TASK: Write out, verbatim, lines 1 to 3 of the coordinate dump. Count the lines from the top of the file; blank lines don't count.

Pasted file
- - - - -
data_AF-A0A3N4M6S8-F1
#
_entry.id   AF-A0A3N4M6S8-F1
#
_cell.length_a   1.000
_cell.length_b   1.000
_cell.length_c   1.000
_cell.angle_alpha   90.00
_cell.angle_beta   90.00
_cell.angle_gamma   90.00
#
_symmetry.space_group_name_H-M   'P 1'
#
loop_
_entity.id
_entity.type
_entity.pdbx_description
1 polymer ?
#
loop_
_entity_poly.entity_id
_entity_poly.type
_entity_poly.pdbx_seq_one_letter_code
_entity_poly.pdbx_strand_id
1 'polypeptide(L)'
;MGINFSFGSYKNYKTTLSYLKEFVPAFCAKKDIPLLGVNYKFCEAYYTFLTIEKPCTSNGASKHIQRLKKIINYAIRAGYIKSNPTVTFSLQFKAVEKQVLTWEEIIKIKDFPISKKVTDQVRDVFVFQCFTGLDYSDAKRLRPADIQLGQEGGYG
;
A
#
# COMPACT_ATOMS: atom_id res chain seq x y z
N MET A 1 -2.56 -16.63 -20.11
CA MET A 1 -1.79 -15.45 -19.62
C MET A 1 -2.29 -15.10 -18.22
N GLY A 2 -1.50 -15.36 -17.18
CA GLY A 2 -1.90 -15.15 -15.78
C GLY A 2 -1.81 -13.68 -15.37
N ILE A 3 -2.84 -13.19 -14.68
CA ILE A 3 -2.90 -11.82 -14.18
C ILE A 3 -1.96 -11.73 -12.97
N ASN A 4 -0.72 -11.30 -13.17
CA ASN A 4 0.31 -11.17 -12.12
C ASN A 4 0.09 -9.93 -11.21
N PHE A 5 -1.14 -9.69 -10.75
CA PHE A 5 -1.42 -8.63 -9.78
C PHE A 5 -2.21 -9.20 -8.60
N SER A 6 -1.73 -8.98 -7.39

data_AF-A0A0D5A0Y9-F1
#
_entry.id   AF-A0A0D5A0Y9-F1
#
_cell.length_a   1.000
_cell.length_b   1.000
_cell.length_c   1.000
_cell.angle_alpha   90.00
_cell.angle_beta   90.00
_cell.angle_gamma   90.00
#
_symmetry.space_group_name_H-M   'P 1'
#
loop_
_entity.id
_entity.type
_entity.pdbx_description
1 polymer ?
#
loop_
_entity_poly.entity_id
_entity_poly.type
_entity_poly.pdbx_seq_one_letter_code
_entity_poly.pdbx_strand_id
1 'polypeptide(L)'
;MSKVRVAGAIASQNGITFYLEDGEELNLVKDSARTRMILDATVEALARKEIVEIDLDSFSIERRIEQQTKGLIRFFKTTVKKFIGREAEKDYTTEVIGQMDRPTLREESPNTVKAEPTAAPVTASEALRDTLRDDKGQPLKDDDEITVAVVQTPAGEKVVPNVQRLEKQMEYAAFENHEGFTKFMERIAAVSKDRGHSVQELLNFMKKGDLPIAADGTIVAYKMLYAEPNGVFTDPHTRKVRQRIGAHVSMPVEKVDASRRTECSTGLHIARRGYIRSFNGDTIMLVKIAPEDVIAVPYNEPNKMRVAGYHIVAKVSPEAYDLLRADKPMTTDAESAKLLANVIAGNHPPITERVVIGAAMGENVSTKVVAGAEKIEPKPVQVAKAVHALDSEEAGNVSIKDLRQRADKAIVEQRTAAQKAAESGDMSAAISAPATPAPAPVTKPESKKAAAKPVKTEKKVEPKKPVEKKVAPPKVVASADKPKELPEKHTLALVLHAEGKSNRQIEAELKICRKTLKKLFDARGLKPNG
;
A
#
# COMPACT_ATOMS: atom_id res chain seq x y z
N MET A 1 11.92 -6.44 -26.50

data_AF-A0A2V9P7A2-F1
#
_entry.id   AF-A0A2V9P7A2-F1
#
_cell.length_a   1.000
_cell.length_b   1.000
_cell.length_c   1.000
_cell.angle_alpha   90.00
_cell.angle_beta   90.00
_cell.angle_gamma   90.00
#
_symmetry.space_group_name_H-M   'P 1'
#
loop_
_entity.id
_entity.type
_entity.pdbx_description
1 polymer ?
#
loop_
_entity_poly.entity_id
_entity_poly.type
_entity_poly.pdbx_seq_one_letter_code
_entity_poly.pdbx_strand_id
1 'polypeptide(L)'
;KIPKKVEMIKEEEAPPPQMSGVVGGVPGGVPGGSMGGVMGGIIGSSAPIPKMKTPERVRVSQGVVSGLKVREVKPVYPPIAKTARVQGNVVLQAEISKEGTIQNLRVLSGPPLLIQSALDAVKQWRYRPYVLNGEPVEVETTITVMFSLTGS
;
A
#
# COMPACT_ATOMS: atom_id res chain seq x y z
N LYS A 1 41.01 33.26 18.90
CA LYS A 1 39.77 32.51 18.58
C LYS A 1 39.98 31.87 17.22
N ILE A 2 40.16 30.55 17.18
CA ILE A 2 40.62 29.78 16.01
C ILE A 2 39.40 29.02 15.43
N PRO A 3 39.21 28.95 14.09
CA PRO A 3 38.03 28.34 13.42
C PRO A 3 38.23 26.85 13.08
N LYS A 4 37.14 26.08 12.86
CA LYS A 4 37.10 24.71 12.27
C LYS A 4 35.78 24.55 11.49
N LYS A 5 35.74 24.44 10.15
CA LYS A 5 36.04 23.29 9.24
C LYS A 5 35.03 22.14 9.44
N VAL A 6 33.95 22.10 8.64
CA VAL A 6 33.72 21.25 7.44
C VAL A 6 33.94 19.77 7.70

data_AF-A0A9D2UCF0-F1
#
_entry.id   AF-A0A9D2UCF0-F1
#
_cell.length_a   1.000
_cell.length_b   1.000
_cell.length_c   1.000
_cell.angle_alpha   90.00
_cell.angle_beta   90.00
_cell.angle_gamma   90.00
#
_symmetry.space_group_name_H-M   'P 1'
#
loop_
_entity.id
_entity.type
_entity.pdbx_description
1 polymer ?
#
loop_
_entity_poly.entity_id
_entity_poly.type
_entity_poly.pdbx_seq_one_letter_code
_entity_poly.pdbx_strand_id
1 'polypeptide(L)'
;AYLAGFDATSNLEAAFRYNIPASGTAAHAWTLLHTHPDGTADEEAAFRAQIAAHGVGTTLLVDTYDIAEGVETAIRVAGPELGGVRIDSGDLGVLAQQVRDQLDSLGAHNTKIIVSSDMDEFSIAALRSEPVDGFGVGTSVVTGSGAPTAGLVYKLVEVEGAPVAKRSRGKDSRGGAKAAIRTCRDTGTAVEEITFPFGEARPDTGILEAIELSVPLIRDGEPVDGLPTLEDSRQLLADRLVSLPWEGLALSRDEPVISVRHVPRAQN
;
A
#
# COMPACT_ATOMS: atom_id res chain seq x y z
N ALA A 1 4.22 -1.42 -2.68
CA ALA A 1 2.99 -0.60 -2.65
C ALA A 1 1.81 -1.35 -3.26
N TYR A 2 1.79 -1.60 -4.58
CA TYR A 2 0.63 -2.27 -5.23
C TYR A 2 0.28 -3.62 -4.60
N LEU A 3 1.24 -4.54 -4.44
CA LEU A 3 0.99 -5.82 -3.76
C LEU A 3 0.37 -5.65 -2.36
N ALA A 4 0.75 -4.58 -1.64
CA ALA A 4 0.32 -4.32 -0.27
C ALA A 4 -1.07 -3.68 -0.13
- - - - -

data_AF-A0A3N4M6S8-F1
#
_entry.id   AF-A0A3N4M6S8-F1